Monday, April 16, 2007

More Power and Shifting Responsibilities

I have been working on a little game related project using HTML. The game is Rifts®; the project is to make a more powerful character sheet for one specific character type in the main book of the game. That class is called the Shifter. It's a re-imagining of the classic Summoner from PFRPG®, which is a pretty easily imagined type of character just from the name and the fact it exists in a fantasy game.

Throughout the span of time that Rifts® has been out there the Shifter class has undergone some changes. The most important of these changes has been the addition of the Minion rules. From the outset the Shifter has always been able to, and meant to, summon up creatures and put them to use for whatever task the Shifter had in mind when deciding upon what to summon. However these helpers were fleeting and finding the time to summon things could be an issue, especially with some unhelpful GMs.

The Minion rules, and this is just a name I've given them to easily reference them, allow the Shifter to collect "permanent" helpers at select levels. I won't speculate on where the idea did or did not come from because I don't care. The importance is this addition gave the Shifter a leg up as the Rifts® world became tougher and more dangerous. As a matter of personal preference my first choice for a Shifter character's minions is entities. Two imp-like beings, or two entities count as one minion.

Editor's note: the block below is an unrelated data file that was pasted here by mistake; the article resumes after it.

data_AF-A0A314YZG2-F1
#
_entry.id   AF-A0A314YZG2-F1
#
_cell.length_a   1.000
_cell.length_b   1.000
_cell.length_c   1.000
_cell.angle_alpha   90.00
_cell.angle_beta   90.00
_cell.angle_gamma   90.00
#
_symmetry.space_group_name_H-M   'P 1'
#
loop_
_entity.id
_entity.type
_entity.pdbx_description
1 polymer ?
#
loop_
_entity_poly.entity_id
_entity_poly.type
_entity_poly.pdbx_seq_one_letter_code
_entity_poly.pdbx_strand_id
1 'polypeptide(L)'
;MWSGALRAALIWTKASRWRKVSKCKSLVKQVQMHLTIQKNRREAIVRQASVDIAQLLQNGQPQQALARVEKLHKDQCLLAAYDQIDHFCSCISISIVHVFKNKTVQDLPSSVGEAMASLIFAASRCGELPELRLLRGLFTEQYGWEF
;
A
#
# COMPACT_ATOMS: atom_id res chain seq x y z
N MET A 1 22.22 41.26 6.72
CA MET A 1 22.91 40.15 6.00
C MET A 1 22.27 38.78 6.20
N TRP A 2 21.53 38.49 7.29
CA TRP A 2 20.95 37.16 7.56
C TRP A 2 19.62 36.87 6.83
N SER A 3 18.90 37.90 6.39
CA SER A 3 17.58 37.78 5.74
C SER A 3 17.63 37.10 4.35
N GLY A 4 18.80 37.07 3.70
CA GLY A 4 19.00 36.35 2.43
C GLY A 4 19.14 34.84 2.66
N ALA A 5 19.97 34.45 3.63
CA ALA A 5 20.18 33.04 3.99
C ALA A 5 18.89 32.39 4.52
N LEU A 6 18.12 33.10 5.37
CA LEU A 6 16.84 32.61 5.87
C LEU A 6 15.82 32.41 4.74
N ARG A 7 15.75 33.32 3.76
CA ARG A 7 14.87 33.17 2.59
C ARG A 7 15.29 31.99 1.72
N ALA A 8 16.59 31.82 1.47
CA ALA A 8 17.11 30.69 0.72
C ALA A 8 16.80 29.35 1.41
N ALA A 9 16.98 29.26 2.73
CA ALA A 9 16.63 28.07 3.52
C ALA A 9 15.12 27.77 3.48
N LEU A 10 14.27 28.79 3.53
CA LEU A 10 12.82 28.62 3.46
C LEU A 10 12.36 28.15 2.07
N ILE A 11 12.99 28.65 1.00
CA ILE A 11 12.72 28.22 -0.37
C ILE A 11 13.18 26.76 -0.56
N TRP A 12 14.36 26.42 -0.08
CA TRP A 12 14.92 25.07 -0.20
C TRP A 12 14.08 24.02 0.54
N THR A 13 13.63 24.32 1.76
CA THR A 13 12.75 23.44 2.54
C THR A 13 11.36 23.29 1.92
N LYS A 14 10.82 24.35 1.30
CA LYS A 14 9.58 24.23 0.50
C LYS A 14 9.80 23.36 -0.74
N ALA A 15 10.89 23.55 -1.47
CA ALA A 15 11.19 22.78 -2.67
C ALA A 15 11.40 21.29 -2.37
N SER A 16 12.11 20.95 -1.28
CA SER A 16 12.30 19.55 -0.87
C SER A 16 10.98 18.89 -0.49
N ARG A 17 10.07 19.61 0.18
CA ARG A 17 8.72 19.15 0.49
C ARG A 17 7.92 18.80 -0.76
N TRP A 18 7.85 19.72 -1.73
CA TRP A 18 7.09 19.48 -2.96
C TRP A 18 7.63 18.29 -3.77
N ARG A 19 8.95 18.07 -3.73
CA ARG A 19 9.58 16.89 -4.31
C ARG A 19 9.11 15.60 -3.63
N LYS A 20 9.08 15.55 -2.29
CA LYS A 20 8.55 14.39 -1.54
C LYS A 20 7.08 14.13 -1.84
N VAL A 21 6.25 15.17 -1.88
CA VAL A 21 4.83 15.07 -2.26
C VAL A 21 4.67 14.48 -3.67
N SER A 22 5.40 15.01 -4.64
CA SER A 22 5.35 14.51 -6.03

My project then was to include as much information about the Shifter's minions on the HTML character sheet as possible. To that end I built in an inline frame to contain the list of minions and linked to that IFRAME (for those knowledgeable about HTML) a second one where descriptions of the powers can be read. It's quite excellent. Of course this is a purely personal resource, because any distribution of that level of information would be a breach of Palladium Books®'s copyrights. However this is a good exercise in co-ordinating information and using higher level HTML and similar coding. Otherwise I wouldn't have brought it up.

Mood: exhausted.
Music: Wicker Man (1997) by Bruce Dickinson and Obsolete by Fear Factory.

The Best of Bruce Dickinson
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Fear Factory: Obsolete

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